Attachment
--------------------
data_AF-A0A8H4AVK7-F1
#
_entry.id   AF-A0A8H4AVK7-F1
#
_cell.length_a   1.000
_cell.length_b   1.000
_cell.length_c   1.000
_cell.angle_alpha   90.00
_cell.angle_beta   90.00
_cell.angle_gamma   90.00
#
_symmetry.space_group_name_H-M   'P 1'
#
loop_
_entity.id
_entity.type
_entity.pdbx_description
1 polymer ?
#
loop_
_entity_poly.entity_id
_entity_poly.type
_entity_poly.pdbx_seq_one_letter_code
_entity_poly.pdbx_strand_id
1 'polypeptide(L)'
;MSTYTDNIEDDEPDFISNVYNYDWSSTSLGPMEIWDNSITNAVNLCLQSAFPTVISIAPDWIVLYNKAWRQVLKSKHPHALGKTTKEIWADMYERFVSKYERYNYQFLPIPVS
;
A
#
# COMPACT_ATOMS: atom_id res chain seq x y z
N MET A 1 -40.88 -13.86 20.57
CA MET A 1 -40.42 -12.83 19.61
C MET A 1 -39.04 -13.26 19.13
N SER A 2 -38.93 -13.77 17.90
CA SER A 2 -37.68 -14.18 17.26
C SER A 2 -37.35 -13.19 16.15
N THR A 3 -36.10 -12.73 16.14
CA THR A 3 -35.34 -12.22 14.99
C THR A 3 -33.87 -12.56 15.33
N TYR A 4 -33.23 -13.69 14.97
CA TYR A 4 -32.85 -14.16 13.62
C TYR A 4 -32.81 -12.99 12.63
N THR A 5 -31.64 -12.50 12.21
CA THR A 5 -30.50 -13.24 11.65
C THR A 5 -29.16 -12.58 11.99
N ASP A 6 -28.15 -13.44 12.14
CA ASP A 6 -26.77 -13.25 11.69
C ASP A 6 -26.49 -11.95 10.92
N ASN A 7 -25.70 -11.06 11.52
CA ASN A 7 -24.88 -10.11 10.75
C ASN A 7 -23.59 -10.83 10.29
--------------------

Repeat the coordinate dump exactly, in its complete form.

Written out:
data_AF-A0A8H4AVK7-F1
#
_entry.id   AF-A0A8H4AVK7-F1
#
_cell.length_a   1.000
_cell.length_b   1.000
_cell.length_c   1.000
_cell.angle_alpha   90.00
_cell.angle_beta   90.00
_cell.angle_gamma   90.00
#
_symmetry.space_group_name_H-M   'P 1'
#
loop_
_entity.id
_entity.type
_entity.pdbx_description
1 polymer ?
#
loop_
_entity_poly.entity_id
_entity_poly.type
_entity_poly.pdbx_seq_one_letter_code
_entity_poly.pdbx_strand_id
1 'polypeptide(L)'
;MSTYTDNIEDDEPDFISNVYNYDWSSTSLGPMEIWDNSITNAVNLCLQSAFPTVISIAPDWIVLYNKAWRQVLKSKHPHALGKTTKEIWADMYERFVSKYERYNYQFLPIPVS
;
A
#
# COMPACT_ATOMS: atom_id res chain seq x y z
N MET A 1 -40.88 -13.86 20.57
CA MET A 1 -40.42 -12.83 19.61
C MET A 1 -39.04 -13.26 19.13
N SER A 2 -38.93 -13.77 17.90
CA SER A 2 -37.68 -14.18 17.26
C SER A 2 -37.35 -13.19 16.15
N THR A 3 -36.10 -12.73 16.14
CA THR A 3 -35.34 -12.22 14.99
C THR A 3 -33.87 -12.56 15.33
N TYR A 4 -33.23 -13.69 14.97
CA TYR A 4 -32.85 -14.16 13.62
C TYR A 4 -32.81 -12.99 12.63
N THR A 5 -31.64 -12.50 12.21
CA THR A 5 -30.50 -13.24 11.65
C THR A 5 -29.16 -12.58 11.99
N ASP A 6 -28.15 -13.44 12.14
CA ASP A 6 -26.77 -13.25 11.69
C ASP A 6 -26.49 -11.95 10.92
N ASN A 7 -25.70 -11.06 11.52
CA ASN A 7 -24.88 -10.11 10.75
C ASN A 7 -23.59 -10.83 10.29